Friday, May 15, 2015

Bryce Canyon: Navajo Loop Trail

[From Craig] On Wednesday May 13, Merikay and I hiked what a Ranger told us is Bryce Canyon's most popular trail. It went down and then up again, starting and ending at the Sunset view site. Merikay asked me to tell the story, which is accompanied by pretty large images. This post is not recommended for readers who are currently on low-bandwidth Internet links.

From the Sunset parking area we walked along the rim to the Sunrise site, from which we started down. Neither Merikay nor I can figure out the Sunrise and Sunset designations, never having been in the Park at either time.

There are many images on the Internet from the Sunrise site. This one is from a short way down the trail:

A few turns down the trail came a great view of an array of hoodoos (formations) that I think of as The Castle because of its apparently rectangular arrangement:

Down and down we went, each of us thinking of how we were going to have to pay for this nice downhill stretch. The next image goes Tolkien's Lord of the Rings one better: Three Towers.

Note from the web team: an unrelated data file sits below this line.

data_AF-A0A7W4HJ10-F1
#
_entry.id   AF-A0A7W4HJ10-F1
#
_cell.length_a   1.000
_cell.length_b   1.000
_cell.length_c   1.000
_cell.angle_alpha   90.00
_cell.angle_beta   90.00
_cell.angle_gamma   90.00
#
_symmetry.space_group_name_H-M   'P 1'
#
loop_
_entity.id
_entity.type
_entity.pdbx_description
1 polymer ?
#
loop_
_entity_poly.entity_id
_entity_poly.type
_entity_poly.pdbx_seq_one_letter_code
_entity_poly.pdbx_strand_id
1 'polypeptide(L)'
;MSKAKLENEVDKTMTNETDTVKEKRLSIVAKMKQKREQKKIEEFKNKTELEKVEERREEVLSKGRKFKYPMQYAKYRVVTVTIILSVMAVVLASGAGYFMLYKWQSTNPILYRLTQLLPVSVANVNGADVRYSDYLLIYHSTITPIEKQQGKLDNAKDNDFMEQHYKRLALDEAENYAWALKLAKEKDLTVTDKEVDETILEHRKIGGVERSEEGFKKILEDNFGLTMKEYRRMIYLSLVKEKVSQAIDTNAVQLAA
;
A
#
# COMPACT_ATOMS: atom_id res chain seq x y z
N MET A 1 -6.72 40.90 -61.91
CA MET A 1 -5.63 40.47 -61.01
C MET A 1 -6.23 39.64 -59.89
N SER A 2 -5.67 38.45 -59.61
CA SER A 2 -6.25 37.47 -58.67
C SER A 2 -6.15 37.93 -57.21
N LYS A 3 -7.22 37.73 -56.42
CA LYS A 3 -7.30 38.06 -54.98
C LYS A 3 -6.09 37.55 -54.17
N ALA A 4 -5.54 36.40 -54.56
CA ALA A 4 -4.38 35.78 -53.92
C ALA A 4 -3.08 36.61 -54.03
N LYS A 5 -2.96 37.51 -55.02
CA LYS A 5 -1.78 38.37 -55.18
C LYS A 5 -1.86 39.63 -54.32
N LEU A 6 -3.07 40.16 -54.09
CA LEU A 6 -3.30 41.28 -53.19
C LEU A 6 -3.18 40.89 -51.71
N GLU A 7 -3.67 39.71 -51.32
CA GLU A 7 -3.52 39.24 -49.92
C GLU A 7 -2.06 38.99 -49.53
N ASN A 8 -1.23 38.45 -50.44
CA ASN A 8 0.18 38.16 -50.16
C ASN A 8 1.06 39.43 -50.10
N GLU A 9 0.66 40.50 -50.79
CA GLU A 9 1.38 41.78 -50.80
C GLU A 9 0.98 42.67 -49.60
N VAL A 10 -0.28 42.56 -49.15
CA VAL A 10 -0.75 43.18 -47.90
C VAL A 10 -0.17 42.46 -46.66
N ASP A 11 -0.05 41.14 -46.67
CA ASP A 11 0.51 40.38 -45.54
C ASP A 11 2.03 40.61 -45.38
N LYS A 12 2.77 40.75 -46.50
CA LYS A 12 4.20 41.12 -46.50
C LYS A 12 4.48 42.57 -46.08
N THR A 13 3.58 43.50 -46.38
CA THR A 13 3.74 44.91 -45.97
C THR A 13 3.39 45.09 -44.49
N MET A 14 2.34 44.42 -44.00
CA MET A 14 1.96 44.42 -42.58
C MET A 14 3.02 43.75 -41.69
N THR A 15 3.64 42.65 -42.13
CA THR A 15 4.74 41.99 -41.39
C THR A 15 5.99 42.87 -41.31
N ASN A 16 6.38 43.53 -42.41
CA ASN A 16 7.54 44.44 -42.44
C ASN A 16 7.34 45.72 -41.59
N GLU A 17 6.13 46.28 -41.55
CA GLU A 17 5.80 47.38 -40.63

A few turns more down the trail, we saw another three striking formations. From this you can see that we're starting to turn right, along the recommended "clockwise" route around the loop:

The next image has almost nothing to do with the rest of this post, but we swear it is from the hike! It reminds both Merikay and I of an abstract work by Salvador Dali, and needs only a saggy clock draped over one of the trees to complete the Surrealist motif.  :-)

As we neared the bottom of the loop, we came to an area called Queens Garden. Probably the name comes from the ring of features around the top of the tower, which resemble the top of a chess queen:

When the trail turned seriously upward with a long set of switchbacks, we both had to stop very often to catch our breath:

Our uphill climb passed a crew that was improving the trail for future visitors. Here Merikay looks forward to the rest of the climb, next to one of their powered devices:

This series of switchbacks gives climbers the impression that they will be "at the top" when they complete them. It's not true: quite a few longer switchbacks meander up the slope thereafter. They look out over some wonderful new views, like this one:

This formation is close to the trail, and looks almost edible!

Just before we reached the top was another of these amazing "from the rim" images:

The trail is about 3 miles long with about 600 feet of down and up. We finished it with enough time left in the day for a driving tour of the south end of the park. Merikay may write a future post about that... enough for now!


  1. I am so impressed that you are seeing all these wonderful sights on foot. Thanks for the great pictures.

  2. Beautiful photos! I'd never heard of hoodoos until I went to Bryce Canyon. What a place, huh? :)

  3. I love everything about this park!


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